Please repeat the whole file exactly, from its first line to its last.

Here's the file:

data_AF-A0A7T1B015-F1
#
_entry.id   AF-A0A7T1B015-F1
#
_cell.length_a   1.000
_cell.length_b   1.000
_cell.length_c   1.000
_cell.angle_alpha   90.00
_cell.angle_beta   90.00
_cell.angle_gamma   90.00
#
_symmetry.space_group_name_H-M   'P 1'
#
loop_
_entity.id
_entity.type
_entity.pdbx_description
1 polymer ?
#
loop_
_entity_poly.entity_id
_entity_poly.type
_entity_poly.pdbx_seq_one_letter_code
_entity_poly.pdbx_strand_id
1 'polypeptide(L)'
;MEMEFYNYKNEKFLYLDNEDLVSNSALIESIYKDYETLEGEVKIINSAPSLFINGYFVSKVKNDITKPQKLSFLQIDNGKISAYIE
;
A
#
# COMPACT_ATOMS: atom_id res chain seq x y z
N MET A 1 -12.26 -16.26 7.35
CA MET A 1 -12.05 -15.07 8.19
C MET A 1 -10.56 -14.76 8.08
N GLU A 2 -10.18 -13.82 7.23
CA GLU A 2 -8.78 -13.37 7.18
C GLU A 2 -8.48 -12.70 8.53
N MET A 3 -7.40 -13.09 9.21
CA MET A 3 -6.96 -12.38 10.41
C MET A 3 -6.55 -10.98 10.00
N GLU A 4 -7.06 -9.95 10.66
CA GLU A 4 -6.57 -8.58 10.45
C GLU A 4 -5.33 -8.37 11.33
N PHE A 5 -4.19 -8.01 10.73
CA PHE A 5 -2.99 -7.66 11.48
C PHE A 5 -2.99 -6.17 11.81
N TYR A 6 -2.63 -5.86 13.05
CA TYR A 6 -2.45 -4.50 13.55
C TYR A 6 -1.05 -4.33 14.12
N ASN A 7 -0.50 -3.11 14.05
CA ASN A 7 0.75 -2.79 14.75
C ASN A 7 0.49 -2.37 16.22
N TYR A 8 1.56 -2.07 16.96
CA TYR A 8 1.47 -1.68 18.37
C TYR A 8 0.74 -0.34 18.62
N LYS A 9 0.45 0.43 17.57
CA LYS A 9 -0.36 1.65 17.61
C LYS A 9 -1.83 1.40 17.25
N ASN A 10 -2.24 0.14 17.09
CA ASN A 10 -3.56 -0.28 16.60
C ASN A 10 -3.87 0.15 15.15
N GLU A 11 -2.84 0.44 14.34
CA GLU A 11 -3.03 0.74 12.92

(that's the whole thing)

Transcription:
data_AF-A0A7T1B015-F1
#
_entry.id   AF-A0A7T1B015-F1
#
_cell.length_a   1.000
_cell.length_b   1.000
_cell.length_c   1.000
_cell.angle_alpha   90.00
_cell.angle_beta   90.00
_cell.angle_gamma   90.00
#
_symmetry.space_group_name_H-M   'P 1'
#
loop_
_entity.id
_entity.type
_entity.pdbx_description
1 polymer ?
#
loop_
_entity_poly.entity_id
_entity_poly.type
_entity_poly.pdbx_seq_one_letter_code
_entity_poly.pdbx_strand_id
1 'polypeptide(L)'
;MEMEFYNYKNEKFLYLDNEDLVSNSALIESIYKDYETLEGEVKIINSAPSLFINGYFVSKVKNDITKPQKLSFLQIDNGKISAYIE
;
A
#
# COMPACT_ATOMS: atom_id res chain seq x y z
N MET A 1 -12.26 -16.26 7.35
CA MET A 1 -12.05 -15.07 8.19
C MET A 1 -10.56 -14.76 8.08
N GLU A 2 -10.18 -13.82 7.23
CA GLU A 2 -8.78 -13.37 7.18
C GLU A 2 -8.48 -12.70 8.53
N MET A 3 -7.40 -13.09 9.21
CA MET A 3 -6.96 -12.38 10.41
C MET A 3 -6.55 -10.98 10.00
N GLU A 4 -7.06 -9.95 10.66
CA GLU A 4 -6.57 -8.58 10.45
C GLU A 4 -5.33 -8.37 11.33
N PHE A 5 -4.19 -8.01 10.73
CA PHE A 5 -2.99 -7.66 11.48
C PHE A 5 -2.99 -6.17 11.81
N TYR A 6 -2.63 -5.86 13.05
CA TYR A 6 -2.45 -4.50 13.55
C TYR A 6 -1.05 -4.33 14.12
N ASN A 7 -0.50 -3.11 14.05
CA ASN A 7 0.75 -2.79 14.75
C ASN A 7 0.49 -2.37 16.22
N TYR A 8 1.56 -2.07 16.96
CA TYR A 8 1.47 -1.68 18.37
C TYR A 8 0.74 -0.34 18.62
N LYS A 9 0.45 0.43 17.57
CA LYS A 9 -0.36 1.65 17.61
C LYS A 9 -1.83 1.40 17.25
N ASN A 10 -2.24 0.14 17.09
CA ASN A 10 -3.56 -0.28 16.60
C ASN A 10 -3.87 0.15 15.15
N GLU A 11 -2.84 0.44 14.34
CA GLU A 11 -3.03 0.74 12.92